AUGUSTA, Maine — Republican Sen. Roger Katz of Augusta argued Monday that no governor should have the power to overrule the will of Maine voters when it comes to the release of bond funding.
Katz has made headlines for opposing Republican Gov. Paul LePage on this issue since he authored LD 1378, which would require the governor to issue voter-approved bonds unless one of five specific conditions exist. The bill also eliminates the requirement that the governor sign bonds before the funding can be released.
“I think the principle here is pretty simple: when Maine voters have spoken at the ballot box, no one, including a governor, should have a right to veto their decision,” said Katz during a State and Local Government Committee hearing on Monday. “That’s it.”
LePage has withheld the issuance of bonds on several occasions, including during his first term in order to urge the Legislature to support his plan to repay the state’s Medicaid debt to hospitals and again — right now — in an effort to force lawmakers to use revenue from increased timber harvesting on state lands to fund an energy program favored by the governor.
At stake is about $11.5 million in conservation money approved by voters but blocked by LePage.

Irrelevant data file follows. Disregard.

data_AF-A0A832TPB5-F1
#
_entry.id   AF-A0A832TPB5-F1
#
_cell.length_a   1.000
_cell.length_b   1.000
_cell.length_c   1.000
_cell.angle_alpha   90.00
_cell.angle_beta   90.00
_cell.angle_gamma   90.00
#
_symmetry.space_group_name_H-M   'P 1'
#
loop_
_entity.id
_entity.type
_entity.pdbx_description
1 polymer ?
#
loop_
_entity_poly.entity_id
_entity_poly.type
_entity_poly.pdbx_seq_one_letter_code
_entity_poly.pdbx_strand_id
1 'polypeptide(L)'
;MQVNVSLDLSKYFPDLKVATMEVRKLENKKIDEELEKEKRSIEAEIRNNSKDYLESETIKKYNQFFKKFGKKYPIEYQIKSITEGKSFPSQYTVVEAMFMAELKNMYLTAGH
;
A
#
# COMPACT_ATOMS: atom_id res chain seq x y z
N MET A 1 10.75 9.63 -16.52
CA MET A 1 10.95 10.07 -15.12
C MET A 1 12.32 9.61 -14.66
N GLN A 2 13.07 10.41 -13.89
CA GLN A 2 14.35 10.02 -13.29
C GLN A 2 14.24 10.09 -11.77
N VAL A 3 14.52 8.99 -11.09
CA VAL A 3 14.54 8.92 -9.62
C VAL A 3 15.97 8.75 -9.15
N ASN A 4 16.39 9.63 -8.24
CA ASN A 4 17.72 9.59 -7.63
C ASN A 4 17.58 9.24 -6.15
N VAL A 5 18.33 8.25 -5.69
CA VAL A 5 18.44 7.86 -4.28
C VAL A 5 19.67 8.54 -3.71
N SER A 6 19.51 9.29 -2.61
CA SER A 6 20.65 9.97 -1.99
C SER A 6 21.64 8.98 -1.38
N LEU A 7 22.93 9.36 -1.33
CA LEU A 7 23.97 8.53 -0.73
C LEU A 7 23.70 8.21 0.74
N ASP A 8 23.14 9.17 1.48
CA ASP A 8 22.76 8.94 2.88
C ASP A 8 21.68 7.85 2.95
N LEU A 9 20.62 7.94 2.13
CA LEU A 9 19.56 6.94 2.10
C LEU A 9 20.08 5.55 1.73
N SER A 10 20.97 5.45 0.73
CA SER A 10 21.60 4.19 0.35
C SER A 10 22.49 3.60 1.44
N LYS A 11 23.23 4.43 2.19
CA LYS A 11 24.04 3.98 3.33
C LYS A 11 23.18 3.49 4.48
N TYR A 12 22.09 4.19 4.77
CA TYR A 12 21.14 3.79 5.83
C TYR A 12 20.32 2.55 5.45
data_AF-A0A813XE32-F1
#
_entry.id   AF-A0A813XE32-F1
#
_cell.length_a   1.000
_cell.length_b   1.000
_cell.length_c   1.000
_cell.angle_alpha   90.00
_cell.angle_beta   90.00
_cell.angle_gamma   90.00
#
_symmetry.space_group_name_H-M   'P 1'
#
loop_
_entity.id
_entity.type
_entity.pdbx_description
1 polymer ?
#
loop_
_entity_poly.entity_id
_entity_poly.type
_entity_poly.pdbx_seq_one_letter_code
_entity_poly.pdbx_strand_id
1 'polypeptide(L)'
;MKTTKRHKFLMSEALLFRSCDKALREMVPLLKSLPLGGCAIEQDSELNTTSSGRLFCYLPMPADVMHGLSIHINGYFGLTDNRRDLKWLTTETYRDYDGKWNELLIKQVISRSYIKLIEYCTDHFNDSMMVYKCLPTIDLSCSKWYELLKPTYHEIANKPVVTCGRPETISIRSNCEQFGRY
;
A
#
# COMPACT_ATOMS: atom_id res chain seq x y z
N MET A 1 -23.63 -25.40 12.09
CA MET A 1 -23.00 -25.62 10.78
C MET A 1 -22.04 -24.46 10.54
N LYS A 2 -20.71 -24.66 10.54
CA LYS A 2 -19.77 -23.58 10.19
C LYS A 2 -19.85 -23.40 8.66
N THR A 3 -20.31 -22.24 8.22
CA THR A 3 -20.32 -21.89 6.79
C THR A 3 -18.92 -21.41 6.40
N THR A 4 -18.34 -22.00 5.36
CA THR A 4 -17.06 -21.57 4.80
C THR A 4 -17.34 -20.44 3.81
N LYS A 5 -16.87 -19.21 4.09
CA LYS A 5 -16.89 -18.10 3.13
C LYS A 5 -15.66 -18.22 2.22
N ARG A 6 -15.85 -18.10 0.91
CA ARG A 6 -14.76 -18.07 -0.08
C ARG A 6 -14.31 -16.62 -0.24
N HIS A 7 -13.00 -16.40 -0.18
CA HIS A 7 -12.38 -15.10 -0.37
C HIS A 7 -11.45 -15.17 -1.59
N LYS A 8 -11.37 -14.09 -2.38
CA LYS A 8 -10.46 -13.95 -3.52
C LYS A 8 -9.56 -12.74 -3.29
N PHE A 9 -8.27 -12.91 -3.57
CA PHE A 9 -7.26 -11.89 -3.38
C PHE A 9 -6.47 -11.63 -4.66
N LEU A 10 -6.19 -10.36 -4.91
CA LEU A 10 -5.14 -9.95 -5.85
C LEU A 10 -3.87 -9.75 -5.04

John Butera, LePage’s senior economic adviser, said Katz’s bill would erode the governor’s constitutional authority.
The Constitution “implies that there is discretion as to when and if bonds are issued,” said Butera. “The Constitution clearly states that there are times when bonds might not be issued for at least five years. Further, the Constitution clearly envisions a scenario that bonds may not be issued. … LD 1373 is a blatant attempt to usurp the governor’s executive authority and disrupt the balance of power between the legislative and executive branch.”
House Majority Leader Jeff McCabe, D-Skowhegan, has long been a critic of LePage’s withholding bonds.
“This bill would ensure the will of Maine voters is followed and upheld,” said McCabe.
Among the bonds currently being blocked by LePage are monies to replenish the Land for Maine’s Future program that voters approved by comfortable margins in 2010 and 2012. Those bonds are set to fund more than 30 conservation projects and leverage some $25 million in private investment.
“Many of the projects relying on these bonds are time-sensitive and the governor is jeopardizing them by refusing to release them,” said McCabe. “The administration has made specific commitments to dozens of private landowners who have conducted due diligence, spent money and negotiated in good faith.”
LePage’s reason for withholding the bonds is that he wants to increase harvests of timber on public land and use the money to fund a heating subsidy program. That concept was rejected last year by the Legislature. Some opponents questioned whether public lands should be treated like commercial forests and others warned of the ecological consequences of increased harvests.
The bill will see further debate and votes in the coming weeks.